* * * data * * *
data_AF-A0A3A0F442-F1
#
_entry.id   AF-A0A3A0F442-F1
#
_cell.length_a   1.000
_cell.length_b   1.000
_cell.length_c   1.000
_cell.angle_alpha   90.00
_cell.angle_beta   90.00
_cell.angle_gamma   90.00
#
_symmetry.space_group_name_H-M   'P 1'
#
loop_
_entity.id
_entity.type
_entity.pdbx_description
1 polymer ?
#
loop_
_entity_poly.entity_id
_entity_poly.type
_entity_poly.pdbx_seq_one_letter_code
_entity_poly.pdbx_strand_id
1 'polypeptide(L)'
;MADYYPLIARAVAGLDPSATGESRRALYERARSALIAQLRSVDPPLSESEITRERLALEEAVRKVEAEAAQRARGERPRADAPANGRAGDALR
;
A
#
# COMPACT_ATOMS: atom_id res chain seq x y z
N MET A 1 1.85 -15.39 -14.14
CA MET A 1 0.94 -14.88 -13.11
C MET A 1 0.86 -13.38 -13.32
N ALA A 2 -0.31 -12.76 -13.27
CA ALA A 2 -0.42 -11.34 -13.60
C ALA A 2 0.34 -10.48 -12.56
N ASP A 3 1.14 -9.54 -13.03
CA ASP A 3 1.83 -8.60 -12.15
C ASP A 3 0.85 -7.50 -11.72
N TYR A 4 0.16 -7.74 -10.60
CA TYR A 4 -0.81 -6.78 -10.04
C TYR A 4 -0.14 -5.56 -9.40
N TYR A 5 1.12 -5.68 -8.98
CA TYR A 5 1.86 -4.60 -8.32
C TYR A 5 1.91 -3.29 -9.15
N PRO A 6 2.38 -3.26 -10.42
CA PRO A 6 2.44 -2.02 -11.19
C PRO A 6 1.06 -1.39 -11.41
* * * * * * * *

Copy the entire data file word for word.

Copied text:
data_AF-A0A3A0F442-F1
#
_entry.id   AF-A0A3A0F442-F1
#
_cell.length_a   1.000
_cell.length_b   1.000
_cell.length_c   1.000
_cell.angle_alpha   90.00
_cell.angle_beta   90.00
_cell.angle_gamma   90.00
#
_symmetry.space_group_name_H-M   'P 1'
#
loop_
_entity.id
_entity.type
_entity.pdbx_description
1 polymer ?
#
loop_
_entity_poly.entity_id
_entity_poly.type
_entity_poly.pdbx_seq_one_letter_code
_entity_poly.pdbx_strand_id
1 'polypeptide(L)'
;MADYYPLIARAVAGLDPSATGESRRALYERARSALIAQLRSVDPPLSESEITRERLALEEAVRKVEAEAAQRARGERPRADAPANGRAGDALR
;
A
#
# COMPACT_ATOMS: atom_id res chain seq x y z
N MET A 1 1.85 -15.39 -14.14
CA MET A 1 0.94 -14.88 -13.11
C MET A 1 0.86 -13.38 -13.32
N ALA A 2 -0.31 -12.76 -13.27
CA ALA A 2 -0.42 -11.34 -13.60
C ALA A 2 0.34 -10.48 -12.56
N ASP A 3 1.14 -9.54 -13.03
CA ASP A 3 1.83 -8.60 -12.15
C ASP A 3 0.85 -7.50 -11.72
N TYR A 4 0.16 -7.74 -10.60
CA TYR A 4 -0.81 -6.78 -10.04
C TYR A 4 -0.14 -5.56 -9.40
N TYR A 5 1.12 -5.68 -8.98
CA TYR A 5 1.86 -4.60 -8.32
C TYR A 5 1.91 -3.29 -9.15
N PRO A 6 2.38 -3.26 -10.42
CA PRO A 6 2.44 -2.02 -11.19
C PRO A 6 1.06 -1.39 -11.41